Visual Communication is a design discipline focused upon communication through the manipulation of the relationship between text | image. Within this discipline the two main design outcomes are graphic design and illustration. The discipline’s name places the emphasis upon the method (design), the objective (communication) and the medium (visual), rather than just the creation of graphic forms (outcomes). (Frascara, 2004, p4). Graphic design certainly is a commercial activity with a connection to marketing and advertising, but it performs beyond mere subservience to business models. It shapes much of the visual culture of the modern world (Crowley, 2004), but as a discipline Visual Communication is misunderstood by other disciplines. Other disciplines interchangeably use any of the following terms when referring to Visual Communication: Visual Design, Communication Design, Interface Design, Web Design, and Graphic Design (see Table 1).
Although designers traditionally have focused upon practice, there is a theoretical basis to their work that maximises the transmission of the central message within their design solutions. The sender of the message operates from a perspective of intention; the messenger (the designer) operates from a perspective of proximity; and the receiver reacts interpretively from a perspective of reception using their feelings and perception (Bergström, 2008, pp32-33). The materials to achieve this go beyond the printed page, and include typography, colour, form, texture, line, weight, composition to create discourse and emotional engagement with the communication. The shaping and selecting of the most apt visual combination of elements is important in order to transmit an intended message. The semiotic process of the visual signifier leading to a signified communication to an audience is usually within a specific socio-cultural context, and is intended to rhetorically elicit some form of behavioural change in the audience. The designer’s skill and ability to do this effectively is more complex than it first appears, and less self-serving and subjective the more it is understood. It is true, to a degree, that to some designers their work is implicit and creatively intuitive and devoid of theoretical rules; but the discipline is deeper than this.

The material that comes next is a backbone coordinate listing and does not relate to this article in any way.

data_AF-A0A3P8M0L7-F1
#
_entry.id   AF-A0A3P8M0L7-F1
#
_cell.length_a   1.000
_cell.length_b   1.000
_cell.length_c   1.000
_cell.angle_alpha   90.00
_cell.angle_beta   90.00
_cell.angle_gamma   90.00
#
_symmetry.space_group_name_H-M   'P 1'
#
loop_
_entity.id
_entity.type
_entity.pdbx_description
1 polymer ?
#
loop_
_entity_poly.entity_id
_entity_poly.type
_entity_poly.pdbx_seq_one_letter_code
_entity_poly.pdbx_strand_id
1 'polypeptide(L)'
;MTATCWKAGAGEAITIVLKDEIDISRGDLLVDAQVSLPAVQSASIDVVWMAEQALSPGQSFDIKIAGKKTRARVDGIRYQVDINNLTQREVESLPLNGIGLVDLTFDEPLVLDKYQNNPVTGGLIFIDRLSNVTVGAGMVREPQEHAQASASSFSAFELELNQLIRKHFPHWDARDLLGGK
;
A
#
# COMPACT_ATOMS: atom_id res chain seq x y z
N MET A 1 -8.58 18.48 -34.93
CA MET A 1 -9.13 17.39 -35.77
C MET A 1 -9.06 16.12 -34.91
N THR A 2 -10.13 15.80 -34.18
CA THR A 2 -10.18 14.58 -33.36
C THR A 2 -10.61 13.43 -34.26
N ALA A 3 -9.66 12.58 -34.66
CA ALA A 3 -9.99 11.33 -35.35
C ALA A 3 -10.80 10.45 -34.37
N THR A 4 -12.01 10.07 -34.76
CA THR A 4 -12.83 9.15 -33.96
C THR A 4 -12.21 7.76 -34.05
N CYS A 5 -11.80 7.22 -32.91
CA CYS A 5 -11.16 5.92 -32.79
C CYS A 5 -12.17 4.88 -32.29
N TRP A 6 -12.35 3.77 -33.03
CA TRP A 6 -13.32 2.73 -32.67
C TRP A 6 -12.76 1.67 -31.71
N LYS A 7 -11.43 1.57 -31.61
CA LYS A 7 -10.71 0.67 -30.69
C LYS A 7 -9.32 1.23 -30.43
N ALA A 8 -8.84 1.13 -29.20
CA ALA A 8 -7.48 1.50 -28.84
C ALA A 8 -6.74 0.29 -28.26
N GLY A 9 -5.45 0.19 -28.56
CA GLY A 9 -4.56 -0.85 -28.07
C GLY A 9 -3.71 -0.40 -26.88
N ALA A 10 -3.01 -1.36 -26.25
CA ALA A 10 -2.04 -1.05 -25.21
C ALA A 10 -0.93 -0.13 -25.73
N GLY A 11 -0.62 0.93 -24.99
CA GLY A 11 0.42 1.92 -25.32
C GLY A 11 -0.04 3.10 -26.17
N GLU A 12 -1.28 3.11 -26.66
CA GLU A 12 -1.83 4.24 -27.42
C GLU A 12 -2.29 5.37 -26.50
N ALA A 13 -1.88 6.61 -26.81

Barnard uses the phrase “communication is a cultural phenomenon, not an engineering problem” (2005, p28) with which he means that this construction can only be investigated semiotically and through qualitative methods. Jorge Frascara (2004) attempts to reposition the understanding of Visual Communication as a proactive facilitator of behavioural change. The core of their arguments rests in the relationship between text | image to incite a change of behaviour in the viewer, using the rhetorical and semiotic structure underlying this relationship. Frascara says, “It would be a fundamental error to believe that in design one can deal with the form independent of content, or with sensorial, independent of the cognitive and the emotional.” (2004, p65). Barnard folds into this the semiological roots of Visual Communication, “Signs and codes are the bases of meanings in semiology. And signs and codes are explained in terms of learned and variable cultural rules.” (2005, p28). Through this framework for identifying behaviour, experience is evoked by tangible and experiential engagement with an artefact or in a situation, whether physical or digital. Interaction designer Jon Kolko sees this contextual framework as a methodology to connect ‘people, technology, and the emotional qualities of sensory data’ (p41) together to discover the effectiveness, scalability, usability and engagement of the solution. His use of the term ‘sensory data’ suggests that that data is mediated in some way. If data is to be classed as sensory with emotional qualities, then an aesthetic is emerging. This is phenomenological and Visual Communication has historical precedence in balancing the ‘tension between structure and freedom’ (Helfand, 2001, p61).